Country experience: United States
15.63. The United States Bureau of Economic Analysis (BEA) compiles data on sales/turnover by industry, with a distinction between sales of goods and sales of services for each industry. To estimate the output of wholesale and retail trade, insurance and finance, the BEA initiated new data collections, developed new compilation methodologies and identified data from other sources.
15.64. To construct estimates of distributive services supplied through affiliates, BEA collects data on the cost of goods sold and the beginning- and end-of-year inventories of the goods for resale on its censuses of FATS, which are conducted every five years. In between its censuses, BEA uses data on the domestic wholesale and retail trade industries to produce estimates of distributive services supplied through affiliates on the basis of movements in trade margins.
15.65. To estimate the value of insurance output supplied through affiliates, BEA deducts “normal” losses—a proxy for insurers’ expectations—from premiums earned. To do so, it uses data collected in its FATS surveys on premiums earned and losses paid by majority-owned affiliates with operations in insurance. BEA uses a six-year moving average of the relationship between premiums earned and losses paid to estimate normal losses. When it first introduced this compilation method, to avoid having to wait until six years of data had been collected on premiums and losses, BEA used data on the relationship between premiums and losses from the domestic insurance industry and gradually replaced them with data collected from affiliates. In addition, information collected on the investment income of majority-owned affiliates with operations in insurance, collected on its FATS surveys, is combined with data on the domestic insurance industry to estimate the value of investment income earned on technical reserves (i.e. premium supplements). This is done by using data on the domestic insurance industry to calculate the share of total investment income that is income on technical reserves and applying that share to affiliates’ investment income to derive an estimate of premium supplements.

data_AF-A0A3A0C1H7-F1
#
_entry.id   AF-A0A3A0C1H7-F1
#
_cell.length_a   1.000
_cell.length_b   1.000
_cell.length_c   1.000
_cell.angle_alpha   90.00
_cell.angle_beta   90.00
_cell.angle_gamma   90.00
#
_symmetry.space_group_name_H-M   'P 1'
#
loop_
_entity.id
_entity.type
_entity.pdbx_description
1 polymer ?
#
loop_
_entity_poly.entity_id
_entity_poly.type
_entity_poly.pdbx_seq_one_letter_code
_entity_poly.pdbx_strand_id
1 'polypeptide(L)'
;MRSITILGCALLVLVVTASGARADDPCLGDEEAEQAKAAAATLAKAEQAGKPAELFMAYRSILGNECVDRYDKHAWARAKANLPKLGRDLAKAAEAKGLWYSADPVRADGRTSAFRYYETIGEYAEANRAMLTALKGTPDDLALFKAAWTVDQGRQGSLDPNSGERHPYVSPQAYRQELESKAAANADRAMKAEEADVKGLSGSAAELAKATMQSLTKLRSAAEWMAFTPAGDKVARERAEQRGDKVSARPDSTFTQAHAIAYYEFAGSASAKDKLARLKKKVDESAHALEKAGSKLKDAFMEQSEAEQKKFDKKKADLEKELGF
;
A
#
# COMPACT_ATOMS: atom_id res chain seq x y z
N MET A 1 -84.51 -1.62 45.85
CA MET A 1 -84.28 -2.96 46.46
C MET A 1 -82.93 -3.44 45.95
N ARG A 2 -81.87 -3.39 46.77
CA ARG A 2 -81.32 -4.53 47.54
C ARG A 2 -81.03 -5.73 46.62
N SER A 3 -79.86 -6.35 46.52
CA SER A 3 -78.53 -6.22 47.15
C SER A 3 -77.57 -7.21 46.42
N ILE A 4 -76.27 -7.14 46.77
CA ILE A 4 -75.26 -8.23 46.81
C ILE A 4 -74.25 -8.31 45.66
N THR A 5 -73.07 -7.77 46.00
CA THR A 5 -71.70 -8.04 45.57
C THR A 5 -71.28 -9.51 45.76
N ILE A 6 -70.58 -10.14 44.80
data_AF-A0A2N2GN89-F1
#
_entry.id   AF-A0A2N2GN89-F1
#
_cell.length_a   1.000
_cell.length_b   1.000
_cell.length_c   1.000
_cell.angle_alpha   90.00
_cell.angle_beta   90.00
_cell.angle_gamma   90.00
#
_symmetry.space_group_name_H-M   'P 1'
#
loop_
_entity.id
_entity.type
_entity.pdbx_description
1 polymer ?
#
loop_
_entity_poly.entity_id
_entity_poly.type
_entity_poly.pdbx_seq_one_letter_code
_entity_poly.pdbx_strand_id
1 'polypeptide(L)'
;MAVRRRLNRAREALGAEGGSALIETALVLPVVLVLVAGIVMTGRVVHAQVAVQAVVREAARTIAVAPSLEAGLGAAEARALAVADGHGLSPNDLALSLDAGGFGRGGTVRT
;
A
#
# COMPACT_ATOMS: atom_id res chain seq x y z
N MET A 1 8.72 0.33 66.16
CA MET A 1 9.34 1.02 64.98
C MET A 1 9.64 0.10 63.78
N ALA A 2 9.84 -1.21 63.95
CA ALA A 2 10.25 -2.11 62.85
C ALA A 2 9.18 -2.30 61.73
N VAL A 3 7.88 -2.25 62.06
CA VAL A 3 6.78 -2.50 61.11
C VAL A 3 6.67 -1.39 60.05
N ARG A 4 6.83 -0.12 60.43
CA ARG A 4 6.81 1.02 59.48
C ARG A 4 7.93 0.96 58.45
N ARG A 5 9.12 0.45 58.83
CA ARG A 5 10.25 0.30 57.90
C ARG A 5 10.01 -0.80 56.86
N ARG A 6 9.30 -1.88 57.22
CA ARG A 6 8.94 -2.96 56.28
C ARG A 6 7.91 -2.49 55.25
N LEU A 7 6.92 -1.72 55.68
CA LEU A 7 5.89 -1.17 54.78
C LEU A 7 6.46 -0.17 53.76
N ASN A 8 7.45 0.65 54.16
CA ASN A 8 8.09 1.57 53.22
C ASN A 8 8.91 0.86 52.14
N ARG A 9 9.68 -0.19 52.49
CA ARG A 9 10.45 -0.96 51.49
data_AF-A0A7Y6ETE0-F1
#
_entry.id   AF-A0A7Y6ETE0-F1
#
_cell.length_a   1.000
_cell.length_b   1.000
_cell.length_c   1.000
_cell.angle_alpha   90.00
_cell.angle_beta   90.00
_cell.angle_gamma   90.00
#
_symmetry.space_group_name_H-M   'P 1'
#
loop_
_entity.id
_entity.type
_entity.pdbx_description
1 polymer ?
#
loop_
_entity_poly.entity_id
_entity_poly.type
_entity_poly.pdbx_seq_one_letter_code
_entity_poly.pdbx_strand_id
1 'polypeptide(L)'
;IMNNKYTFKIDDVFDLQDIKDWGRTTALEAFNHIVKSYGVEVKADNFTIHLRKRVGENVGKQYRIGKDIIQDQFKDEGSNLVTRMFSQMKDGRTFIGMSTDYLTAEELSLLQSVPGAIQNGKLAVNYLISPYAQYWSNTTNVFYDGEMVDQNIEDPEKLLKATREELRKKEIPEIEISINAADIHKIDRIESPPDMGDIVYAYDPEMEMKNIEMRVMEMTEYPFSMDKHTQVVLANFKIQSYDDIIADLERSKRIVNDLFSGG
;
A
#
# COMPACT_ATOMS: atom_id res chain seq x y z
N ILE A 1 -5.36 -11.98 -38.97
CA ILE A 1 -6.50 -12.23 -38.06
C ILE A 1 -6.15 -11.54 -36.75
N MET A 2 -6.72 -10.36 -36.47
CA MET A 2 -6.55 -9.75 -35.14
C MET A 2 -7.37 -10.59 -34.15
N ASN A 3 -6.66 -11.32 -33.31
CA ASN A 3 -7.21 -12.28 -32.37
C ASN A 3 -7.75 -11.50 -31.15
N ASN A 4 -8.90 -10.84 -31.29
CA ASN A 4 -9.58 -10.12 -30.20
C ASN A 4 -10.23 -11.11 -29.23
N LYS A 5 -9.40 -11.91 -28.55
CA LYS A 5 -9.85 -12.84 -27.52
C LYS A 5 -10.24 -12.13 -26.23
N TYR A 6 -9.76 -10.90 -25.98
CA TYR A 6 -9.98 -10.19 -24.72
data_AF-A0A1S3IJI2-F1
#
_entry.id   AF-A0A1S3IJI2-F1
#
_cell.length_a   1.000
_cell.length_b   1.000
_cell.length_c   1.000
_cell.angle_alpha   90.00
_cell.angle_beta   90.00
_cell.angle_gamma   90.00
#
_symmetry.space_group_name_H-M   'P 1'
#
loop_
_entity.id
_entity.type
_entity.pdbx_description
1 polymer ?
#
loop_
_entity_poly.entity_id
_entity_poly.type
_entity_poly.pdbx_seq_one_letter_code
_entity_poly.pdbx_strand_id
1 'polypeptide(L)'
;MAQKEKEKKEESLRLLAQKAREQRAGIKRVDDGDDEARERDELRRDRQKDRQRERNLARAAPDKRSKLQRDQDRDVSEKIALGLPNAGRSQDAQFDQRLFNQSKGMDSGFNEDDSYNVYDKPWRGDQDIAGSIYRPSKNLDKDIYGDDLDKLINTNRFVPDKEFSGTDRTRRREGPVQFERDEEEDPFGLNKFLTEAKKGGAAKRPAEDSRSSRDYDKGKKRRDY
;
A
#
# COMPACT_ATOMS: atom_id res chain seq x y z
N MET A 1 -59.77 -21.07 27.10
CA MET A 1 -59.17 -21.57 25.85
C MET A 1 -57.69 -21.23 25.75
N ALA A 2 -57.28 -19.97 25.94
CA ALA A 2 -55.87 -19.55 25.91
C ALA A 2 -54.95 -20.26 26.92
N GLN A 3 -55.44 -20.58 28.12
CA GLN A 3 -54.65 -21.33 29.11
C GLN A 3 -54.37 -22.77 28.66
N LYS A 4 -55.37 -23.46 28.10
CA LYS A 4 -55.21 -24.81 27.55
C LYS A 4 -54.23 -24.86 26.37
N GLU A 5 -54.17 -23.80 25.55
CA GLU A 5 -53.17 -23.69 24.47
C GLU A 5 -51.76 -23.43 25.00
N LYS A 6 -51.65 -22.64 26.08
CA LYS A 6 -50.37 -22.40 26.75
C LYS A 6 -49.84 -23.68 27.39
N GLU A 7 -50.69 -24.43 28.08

15.66. BEA collects and compiles FATS data for banks. It constructs its estimates for financial intermediaries on the basis of data collected on both the banks’ explicit fees and services charges, and on their total interest paid and received, to estimate the value of output by affiliates in banking.
15.67. The impact of the compilation of output/supply of services, as opposed to sales of services by foreign affiliates in the United States (inward FATS), is illustrated in the chart below. Although the impact may differ from one country to another, it is interesting to note that using the more refined variable output to measure the supply of services through mode 3 may substantially change the picture as compared to the use of sales/turnover of services. The example below shows that the preferred measure of output increases by almost one third the estimate for mode 3 supply of services as opposed to data on sales of services.
 Originally the data were collected through annual surveys, but now only benchmarks are collected to reduce the burden on reporters and the resources of the United States Department of Commerce, Bureau of Economic Analysis.
 The United States Department of Commerce, Bureau of Economic Analysis uses data from a global credit rating agency which focuses on the insurance industry. It breaks out total investment income earned by the domestic insurance industry into categories, including one called “investment gains on funds attributable to insurance transactions”, that is, on their technical reserves. The Bureau takes the percentage that this category accounts for in total investment income and multiplies it by the investment income attributable to insurance for the affiliates to derive their premium supplements. The break-out by destination is used to define the destination of their sales of services.